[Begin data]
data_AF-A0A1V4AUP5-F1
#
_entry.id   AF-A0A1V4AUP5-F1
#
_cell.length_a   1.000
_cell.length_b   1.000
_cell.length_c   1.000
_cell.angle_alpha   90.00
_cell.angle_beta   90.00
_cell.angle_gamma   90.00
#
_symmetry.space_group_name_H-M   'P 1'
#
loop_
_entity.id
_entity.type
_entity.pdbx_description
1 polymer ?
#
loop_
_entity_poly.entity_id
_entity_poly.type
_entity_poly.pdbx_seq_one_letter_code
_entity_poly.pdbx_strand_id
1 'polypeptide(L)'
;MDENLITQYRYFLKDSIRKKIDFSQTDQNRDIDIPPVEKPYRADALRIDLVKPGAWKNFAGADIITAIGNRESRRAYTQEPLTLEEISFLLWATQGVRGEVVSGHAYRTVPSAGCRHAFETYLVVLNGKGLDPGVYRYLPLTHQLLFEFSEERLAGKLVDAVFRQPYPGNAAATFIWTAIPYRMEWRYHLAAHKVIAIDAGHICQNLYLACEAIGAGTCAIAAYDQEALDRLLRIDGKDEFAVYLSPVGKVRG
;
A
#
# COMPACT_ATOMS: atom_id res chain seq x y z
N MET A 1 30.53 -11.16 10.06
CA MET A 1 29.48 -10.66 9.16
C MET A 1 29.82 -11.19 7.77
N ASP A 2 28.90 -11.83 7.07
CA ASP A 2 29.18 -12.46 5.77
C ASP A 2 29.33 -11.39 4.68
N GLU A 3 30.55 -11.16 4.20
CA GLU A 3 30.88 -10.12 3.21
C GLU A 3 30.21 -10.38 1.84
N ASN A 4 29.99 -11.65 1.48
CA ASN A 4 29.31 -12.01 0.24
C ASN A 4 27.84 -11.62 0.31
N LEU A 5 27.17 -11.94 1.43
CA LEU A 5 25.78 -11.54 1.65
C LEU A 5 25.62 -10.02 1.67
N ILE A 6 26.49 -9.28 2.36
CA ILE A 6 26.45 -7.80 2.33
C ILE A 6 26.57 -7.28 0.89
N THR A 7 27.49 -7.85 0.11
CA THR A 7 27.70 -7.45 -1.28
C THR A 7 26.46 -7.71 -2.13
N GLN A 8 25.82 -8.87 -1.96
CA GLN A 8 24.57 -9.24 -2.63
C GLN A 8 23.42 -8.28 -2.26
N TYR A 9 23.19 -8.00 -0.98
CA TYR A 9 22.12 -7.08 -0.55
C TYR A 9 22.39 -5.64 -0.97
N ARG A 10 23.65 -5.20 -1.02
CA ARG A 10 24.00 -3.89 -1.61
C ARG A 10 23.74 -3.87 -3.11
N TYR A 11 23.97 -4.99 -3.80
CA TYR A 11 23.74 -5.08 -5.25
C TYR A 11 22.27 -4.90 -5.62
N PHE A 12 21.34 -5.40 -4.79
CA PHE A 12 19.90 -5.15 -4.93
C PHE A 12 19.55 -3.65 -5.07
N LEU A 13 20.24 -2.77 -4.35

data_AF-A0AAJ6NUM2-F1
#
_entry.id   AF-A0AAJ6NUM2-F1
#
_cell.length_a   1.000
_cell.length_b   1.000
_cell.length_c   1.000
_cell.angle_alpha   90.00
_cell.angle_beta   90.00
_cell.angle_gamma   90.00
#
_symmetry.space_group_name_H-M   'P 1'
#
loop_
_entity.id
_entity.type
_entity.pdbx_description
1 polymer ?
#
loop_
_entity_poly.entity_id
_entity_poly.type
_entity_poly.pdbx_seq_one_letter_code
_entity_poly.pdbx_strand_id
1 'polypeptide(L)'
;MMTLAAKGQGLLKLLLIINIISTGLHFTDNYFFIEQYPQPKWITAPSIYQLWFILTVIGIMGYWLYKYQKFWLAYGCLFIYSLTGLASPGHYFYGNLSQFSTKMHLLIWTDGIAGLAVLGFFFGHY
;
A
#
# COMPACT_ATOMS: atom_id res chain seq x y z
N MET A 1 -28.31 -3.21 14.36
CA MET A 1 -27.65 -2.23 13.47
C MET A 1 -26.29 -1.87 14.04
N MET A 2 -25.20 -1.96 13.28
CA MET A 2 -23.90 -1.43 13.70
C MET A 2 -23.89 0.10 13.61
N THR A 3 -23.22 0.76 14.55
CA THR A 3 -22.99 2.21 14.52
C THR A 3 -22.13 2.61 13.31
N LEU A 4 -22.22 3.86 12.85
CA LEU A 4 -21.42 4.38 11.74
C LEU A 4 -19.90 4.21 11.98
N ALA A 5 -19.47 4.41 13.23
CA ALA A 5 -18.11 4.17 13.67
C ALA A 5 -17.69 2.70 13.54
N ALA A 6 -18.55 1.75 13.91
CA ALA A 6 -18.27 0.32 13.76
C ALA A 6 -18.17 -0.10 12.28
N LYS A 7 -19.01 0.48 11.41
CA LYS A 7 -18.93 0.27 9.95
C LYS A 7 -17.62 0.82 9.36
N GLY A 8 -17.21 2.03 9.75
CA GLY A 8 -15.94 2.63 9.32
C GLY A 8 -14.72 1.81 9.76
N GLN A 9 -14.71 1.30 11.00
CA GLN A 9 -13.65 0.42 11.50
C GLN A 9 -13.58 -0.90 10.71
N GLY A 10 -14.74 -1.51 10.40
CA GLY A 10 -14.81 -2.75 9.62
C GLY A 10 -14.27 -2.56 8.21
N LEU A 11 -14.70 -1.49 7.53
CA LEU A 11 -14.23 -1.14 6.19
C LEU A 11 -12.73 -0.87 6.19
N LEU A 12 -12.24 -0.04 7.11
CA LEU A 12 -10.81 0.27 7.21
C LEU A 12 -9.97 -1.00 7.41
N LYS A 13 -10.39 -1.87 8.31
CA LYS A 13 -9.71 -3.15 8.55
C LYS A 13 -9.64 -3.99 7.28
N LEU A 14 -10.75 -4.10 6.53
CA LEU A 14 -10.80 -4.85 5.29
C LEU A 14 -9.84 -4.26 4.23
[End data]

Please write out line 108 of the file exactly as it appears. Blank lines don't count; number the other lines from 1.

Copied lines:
CA LEU A 4 -21.42 4.38 11.74